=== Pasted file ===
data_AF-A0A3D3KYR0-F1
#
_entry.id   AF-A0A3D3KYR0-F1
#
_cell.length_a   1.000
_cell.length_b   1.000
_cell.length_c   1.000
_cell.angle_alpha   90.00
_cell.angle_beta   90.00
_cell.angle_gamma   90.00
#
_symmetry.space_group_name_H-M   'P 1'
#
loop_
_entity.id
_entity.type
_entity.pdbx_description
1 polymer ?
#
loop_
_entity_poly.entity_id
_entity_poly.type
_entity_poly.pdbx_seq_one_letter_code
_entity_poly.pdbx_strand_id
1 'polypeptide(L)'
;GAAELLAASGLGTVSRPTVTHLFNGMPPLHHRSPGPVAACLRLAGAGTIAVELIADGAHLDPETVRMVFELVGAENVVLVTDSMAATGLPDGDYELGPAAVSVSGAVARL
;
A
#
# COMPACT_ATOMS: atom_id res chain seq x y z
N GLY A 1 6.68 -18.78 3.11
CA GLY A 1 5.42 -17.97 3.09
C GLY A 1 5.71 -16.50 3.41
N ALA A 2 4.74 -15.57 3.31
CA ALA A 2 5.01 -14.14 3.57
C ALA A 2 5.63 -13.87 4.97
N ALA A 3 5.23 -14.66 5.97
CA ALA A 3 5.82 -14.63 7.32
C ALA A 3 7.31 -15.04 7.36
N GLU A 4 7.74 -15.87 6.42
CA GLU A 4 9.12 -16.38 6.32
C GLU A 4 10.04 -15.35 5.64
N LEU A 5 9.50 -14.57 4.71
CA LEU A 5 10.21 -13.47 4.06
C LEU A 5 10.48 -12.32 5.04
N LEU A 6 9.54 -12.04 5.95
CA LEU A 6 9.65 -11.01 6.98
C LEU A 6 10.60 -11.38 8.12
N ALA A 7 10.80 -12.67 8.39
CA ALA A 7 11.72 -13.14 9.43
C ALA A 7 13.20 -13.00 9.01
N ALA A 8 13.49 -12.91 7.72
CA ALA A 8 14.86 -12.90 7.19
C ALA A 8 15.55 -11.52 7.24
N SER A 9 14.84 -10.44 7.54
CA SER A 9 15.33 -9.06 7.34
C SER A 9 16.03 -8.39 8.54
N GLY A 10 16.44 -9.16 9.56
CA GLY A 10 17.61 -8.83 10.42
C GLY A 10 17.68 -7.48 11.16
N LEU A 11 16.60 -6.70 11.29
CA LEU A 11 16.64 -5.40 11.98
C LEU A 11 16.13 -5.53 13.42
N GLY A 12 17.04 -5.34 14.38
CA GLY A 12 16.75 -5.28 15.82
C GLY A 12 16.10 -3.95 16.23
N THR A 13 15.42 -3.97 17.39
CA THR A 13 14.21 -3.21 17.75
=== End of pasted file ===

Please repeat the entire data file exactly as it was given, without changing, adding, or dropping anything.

data_AF-A0A3D3KYR0-F1
#
_entry.id   AF-A0A3D3KYR0-F1
#
_cell.length_a   1.000
_cell.length_b   1.000
_cell.length_c   1.000
_cell.angle_alpha   90.00
_cell.angle_beta   90.00
_cell.angle_gamma   90.00
#
_symmetry.space_group_name_H-M   'P 1'
#
loop_
_entity.id
_entity.type
_entity.pdbx_description
1 polymer ?
#
loop_
_entity_poly.entity_id
_entity_poly.type
_entity_poly.pdbx_seq_one_letter_code
_entity_poly.pdbx_strand_id
1 'polypeptide(L)'
;GAAELLAASGLGTVSRPTVTHLFNGMPPLHHRSPGPVAACLRLAGAGTIAVELIADGAHLDPETVRMVFELVGAENVVLVTDSMAATGLPDGDYELGPAAVSVSGAVARL
;
A
#
# COMPACT_ATOMS: atom_id res chain seq x y z
N GLY A 1 6.68 -18.78 3.11
CA GLY A 1 5.42 -17.97 3.09
C GLY A 1 5.71 -16.50 3.41
N ALA A 2 4.74 -15.57 3.31
CA ALA A 2 5.01 -14.14 3.57
C ALA A 2 5.63 -13.87 4.97
N ALA A 3 5.23 -14.66 5.97
CA ALA A 3 5.82 -14.63 7.32
C ALA A 3 7.31 -15.04 7.36
N GLU A 4 7.74 -15.87 6.42
CA GLU A 4 9.12 -16.38 6.32
C GLU A 4 10.04 -15.35 5.64
N LEU A 5 9.50 -14.57 4.71
CA LEU A 5 10.21 -13.47 4.06
C LEU A 5 10.48 -12.32 5.04
N LEU A 6 9.54 -12.04 5.95
CA LEU A 6 9.65 -11.01 6.98
C LEU A 6 10.60 -11.38 8.12
N ALA A 7 10.80 -12.67 8.39
CA ALA A 7 11.72 -13.14 9.43
C ALA A 7 13.20 -13.00 9.01
N ALA A 8 13.49 -12.91 7.72
CA ALA A 8 14.86 -12.90 7.19
C ALA A 8 15.55 -11.52 7.24
N SER A 9 14.84 -10.44 7.54
CA SER A 9 15.33 -9.06 7.34
C SER A 9 16.03 -8.39 8.54
N GLY A 10 16.44 -9.16 9.56
CA GLY A 10 17.61 -8.83 10.42
C GLY A 10 17.68 -7.48 11.16
N LEU A 11 16.60 -6.70 11.29
CA LEU A 11 16.64 -5.40 11.98
C LEU A 11 16.13 -5.53 13.42
N GLY A 12 17.04 -5.34 14.38
CA GLY A 12 16.75 -5.28 15.82
C GLY A 12 16.10 -3.95 16.23
N THR A 13 15.42 -3.97 17.39
CA THR A 13 14.21 -3.21 17.75